CMU and Facebook AI Research use machine learning to teach robots to navigate by recognizing objects

Brian Heater

Carnegie Mellon today showed off new research into the world of robotic navigation. With help from the team at Facebook AI Research (FAIR), the university has designed a semantic navigation that helps robots navigate around by recognizing familiar objects.

The SemExp system, which beat out Samsung to take first place in a recent Habitat ObjectNav Challenge, utilizes machine learning to train the system to recognize objects. That goes beyond simple superficial traits, however. In the example given by CMU, the robot is able to distinguish an end table from a kitchen table, and thus extrapolate in which room it’s located. That should be more straightforward, however, with a fridge, which is both pretty distinct and is largely restricted to a singe room.

"Common sense says that if you're looking for a refrigerator, you'd better go to the kitchen,” Machine Learning PhD student Devendra S. Chaplot said in a release. “Classical robotic navigation systems, by contrast, explore a space by building a map showing obstacles. The robot eventually gets to where it needs to go, but the route can be circuitous.”

CMU notes that this isn’t the first attempt to apply semantic navigation to robotics, but previous efforts have relied too heavily on having to memorize where objects were in specific areas, rather than tying an object to where it was likely to be.

More From

  • Apple boots Fortnite from the App Store after Epic adds direct payments

    After its creator Epic Games implemented a workaround to duck Apple's hefty developer fees, Fortnite has vanished from the App Store. The popular game's disappearing act came the same day that Epic added a new direct payment option for in-game currency on mobile, offering an enticing 20% discount for players who pay the company for its virtual V-Bucks rather handing that money to intermediaries Apple or Google. "Currently, when using Apple and Google payment options, Apple and Google collect a 30% fee, and the up to 20% price drop does not apply," Epic wrote in a blog post introducing the new option.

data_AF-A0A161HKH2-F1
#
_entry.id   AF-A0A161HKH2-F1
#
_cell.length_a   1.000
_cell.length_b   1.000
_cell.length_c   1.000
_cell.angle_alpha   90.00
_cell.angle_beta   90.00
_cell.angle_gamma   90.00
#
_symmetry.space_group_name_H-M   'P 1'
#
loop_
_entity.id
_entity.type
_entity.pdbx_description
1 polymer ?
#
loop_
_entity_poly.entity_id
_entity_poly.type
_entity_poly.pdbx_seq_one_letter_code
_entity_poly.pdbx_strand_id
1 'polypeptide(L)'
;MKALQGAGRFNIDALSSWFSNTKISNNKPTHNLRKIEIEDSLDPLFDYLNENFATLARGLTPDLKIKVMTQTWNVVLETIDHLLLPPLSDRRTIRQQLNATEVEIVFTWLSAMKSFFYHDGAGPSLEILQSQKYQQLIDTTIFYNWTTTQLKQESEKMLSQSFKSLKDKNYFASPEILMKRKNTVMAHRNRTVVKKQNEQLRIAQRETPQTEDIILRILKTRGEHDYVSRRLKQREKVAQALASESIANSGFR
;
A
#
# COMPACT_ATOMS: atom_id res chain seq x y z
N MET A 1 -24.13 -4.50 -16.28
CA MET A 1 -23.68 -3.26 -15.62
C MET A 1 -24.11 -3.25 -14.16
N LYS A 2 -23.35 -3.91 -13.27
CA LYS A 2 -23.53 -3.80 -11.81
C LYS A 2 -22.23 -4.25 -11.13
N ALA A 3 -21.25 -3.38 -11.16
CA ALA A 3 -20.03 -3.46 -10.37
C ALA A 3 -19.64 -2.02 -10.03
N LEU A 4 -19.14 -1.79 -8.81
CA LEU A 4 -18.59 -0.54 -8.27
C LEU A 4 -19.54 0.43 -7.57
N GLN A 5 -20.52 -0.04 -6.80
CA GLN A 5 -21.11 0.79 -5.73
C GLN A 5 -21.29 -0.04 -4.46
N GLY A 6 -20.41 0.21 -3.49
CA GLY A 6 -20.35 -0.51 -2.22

• Impossible Foods gobbles up another $200 million

    Impossible Foods has raised $200 million more for its meat replacements. The new round was led by Coatue, a technology-focused hedge fund, another New York-based hedge fund, XN, also participated in the round. Since its launch the company has raised $1.5 billion from investors including Mirae Asset Global Investments, Temasek.

  • Instagram wasn't removing photos and direct messages off its servers

    A security researcher was awarded a $6,000 bug bounty payout after he found Instagram retained photos and private direct messages on its servers long after he deleted them. Independent security researcher Saugat Pokharel found that when he downloaded his data from Instagram, a feature it launched in 2018 to comply with new European data rules, his downloaded data contained photos and private messages with other users that he had previously deleted. Instagram said it takes about 90 days for deleted data to be fully removed from its systems.

  • Starting with Michigan, Sidewalk Infrastructure is looking to build roads specifically for autonomous cars

    Sidewalk Infrastructure Partners, which spun out of Alphabet's Sidewalk Labs to fund and develop the next generation of infrastructure, has taken the covers off its first big project -- the launch of a subsidiary called Cavnue to develop roadways for connected and autonomous vehicles. Starting in Michigan, Cavnue will be working with partners including Ford, GM, Argo AI, Arrival, BMW, Honda, Toyota, TuSimple and Waymo on standards to develop the physical and digital infrastructure needed to move connected and autonomous cars out of pilot projects and onto America's highways, freeways, interstates and city streets. The starting point for Cavnue is a 40-mile corridor between downtown Detroit and Ann Arbor, Michigan that will be dedicated to autonomous vehicles.